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Chapter 3 : Consequences of Bacterial Invasion into Nonprofessional Phagocytic Cells

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Abstract:

Bacterial pathogens are faced with the seemingly difficult task of persisting within their host. Bacterial invasion into host epithelium was first reported in the mid-1980s, and the study of this phenomenon has progressed in recent years to provide a more mechanistic analysis of how invasion proceeds. An overview of bacterial uptake by nonprofessional antigen-presenting cells (APCs) must consider the relevant processes with regard to both the entry and survival of the bacterial pathogen and the response of the defending host. The adaptive immune response, while able to efficiently and specifically deal with an almost infinite number of foreign antigens, is severely handicapped by the 1- to 2-week lag period required to mount a response after first exposure to a foreign substance. Apoptosis may be necessary to trigger desquamation of bacterium-laden epithelial cells. Unable to desquamate because of their nonsurface location, subsurface corneal epithelial cells support the replication of internalized bacteria, which are protected from antibody, complement, and phagocytic cells. The biochemical basis of bacterial invasion into host epithelium has been a topic of intense investigation since the late 1980s. A fuller understanding of the relative importance of these mechanisms and of the interactions that occur between them will greatly assist future strategies for prophylactic or therapeutic intervention in bacterial infectious disease.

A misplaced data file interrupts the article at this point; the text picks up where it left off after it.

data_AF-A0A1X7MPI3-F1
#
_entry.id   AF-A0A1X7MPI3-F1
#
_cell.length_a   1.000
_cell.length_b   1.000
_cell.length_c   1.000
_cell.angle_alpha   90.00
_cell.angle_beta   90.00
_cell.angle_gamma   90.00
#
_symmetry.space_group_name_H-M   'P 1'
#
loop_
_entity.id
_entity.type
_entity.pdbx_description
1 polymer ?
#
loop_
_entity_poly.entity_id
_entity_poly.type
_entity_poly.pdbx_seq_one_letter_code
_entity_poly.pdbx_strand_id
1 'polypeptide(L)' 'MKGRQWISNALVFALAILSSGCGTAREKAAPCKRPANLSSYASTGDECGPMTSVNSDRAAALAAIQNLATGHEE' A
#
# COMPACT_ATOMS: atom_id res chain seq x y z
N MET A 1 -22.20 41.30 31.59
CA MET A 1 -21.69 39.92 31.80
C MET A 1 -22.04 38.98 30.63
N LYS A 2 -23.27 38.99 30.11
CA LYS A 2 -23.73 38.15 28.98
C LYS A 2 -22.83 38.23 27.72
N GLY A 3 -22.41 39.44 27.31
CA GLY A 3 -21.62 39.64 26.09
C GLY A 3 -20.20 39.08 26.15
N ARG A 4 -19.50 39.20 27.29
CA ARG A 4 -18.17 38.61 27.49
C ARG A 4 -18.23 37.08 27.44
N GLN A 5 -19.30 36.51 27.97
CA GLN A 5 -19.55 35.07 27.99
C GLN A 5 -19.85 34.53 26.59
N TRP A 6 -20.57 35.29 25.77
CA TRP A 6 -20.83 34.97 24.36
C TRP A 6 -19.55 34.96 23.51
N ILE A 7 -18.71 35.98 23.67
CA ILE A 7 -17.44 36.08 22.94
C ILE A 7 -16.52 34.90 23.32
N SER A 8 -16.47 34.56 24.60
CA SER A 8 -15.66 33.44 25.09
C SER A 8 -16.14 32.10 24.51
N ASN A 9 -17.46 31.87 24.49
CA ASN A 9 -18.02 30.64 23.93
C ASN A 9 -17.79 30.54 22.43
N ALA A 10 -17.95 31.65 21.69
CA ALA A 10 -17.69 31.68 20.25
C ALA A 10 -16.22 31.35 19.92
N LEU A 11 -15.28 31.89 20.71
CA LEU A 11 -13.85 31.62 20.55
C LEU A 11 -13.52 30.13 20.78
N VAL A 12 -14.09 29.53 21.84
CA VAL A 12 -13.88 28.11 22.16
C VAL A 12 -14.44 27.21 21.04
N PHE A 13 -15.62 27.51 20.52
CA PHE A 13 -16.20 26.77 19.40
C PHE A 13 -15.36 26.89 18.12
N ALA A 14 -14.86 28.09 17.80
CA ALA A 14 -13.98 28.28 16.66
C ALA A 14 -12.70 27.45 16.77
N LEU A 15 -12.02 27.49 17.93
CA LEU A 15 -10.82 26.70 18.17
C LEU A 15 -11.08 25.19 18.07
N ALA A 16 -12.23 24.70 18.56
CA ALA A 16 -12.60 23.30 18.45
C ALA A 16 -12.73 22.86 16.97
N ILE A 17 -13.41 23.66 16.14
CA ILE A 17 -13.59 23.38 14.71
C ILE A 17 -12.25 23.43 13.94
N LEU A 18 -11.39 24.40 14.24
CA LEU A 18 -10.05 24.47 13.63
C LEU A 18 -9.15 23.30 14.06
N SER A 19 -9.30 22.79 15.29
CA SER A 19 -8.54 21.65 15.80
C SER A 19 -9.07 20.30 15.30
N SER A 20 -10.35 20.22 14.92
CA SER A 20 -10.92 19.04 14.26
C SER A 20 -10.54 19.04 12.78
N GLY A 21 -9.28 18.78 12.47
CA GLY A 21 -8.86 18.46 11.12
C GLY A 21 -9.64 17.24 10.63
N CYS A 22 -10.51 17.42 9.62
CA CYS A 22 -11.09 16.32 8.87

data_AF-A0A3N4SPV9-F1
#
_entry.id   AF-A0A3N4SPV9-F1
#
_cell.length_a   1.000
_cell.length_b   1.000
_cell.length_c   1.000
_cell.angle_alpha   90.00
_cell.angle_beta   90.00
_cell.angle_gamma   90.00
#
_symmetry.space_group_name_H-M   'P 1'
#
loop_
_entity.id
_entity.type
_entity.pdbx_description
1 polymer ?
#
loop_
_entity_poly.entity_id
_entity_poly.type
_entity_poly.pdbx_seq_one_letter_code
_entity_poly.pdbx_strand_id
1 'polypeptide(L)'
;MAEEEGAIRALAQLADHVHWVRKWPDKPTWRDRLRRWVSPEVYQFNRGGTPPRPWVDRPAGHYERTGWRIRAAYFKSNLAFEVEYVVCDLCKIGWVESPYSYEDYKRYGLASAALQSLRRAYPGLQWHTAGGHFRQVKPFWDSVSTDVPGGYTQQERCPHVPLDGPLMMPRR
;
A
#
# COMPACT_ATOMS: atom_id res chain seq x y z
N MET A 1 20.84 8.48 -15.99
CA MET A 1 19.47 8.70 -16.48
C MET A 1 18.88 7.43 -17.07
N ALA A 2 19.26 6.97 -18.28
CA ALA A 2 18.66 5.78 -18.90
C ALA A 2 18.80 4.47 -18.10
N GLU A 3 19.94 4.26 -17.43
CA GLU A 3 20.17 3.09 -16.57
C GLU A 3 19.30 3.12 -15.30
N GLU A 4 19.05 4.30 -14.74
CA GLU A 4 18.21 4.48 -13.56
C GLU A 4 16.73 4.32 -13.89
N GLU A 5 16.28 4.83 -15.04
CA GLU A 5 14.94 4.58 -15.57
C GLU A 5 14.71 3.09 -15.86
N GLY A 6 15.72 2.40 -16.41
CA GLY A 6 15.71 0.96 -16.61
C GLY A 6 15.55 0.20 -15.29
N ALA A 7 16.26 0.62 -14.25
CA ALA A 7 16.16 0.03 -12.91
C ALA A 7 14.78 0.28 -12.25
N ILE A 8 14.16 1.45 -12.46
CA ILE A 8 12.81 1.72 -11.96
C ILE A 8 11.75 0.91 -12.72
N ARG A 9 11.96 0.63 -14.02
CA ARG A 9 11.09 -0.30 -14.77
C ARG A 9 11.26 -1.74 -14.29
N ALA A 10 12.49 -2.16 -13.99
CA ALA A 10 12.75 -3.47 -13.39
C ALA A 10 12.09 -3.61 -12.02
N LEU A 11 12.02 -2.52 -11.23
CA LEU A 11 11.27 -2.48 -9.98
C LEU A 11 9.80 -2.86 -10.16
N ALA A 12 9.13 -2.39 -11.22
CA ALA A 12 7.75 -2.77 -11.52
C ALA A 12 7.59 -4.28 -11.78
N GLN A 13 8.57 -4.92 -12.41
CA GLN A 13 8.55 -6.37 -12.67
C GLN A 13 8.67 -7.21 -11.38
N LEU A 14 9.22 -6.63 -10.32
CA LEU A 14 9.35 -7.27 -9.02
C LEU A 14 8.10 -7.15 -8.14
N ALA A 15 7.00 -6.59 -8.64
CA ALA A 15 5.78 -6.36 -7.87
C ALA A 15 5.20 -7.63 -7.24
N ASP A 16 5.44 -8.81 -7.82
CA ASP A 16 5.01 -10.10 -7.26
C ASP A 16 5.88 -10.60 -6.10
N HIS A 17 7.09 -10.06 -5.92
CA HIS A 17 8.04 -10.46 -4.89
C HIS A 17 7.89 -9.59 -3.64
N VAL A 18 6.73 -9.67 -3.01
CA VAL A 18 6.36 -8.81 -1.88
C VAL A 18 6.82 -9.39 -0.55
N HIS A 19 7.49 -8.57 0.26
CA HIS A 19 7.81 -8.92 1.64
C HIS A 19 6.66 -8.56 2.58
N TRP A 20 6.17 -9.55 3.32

Citation: Lyczak J, Pier G. 2000. Consequences of Bacterial Invasion into Nonprofessional Phagocytic Cells, p 41-60. In Brogden K, Roth J, Stanton T, Bolin C, Minion F, Wannemuehler M (ed), Virulence Mechanisms of Bacterial Pathogens, Third Edition. ASM Press, Washington, DC. doi: 10.1128/9781555818111.ch3

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Image of FIGURE 1
FIGURE 1

Schematic diagram of the mucociliary clearance mechanism of the airway epithelium. The apical surface of the epithelial cells comprises many hairlike cilia, which beat in a synchronized fashion. This membrane surface is also covered with a biphasic mucous layer: the lower, or periciliary, layer is more fluid while the upper layer is more viscous. Bacteria get trapped in the viscous layer and are carried upward due to the ciliary beating and are eventually expectorated and swallowed.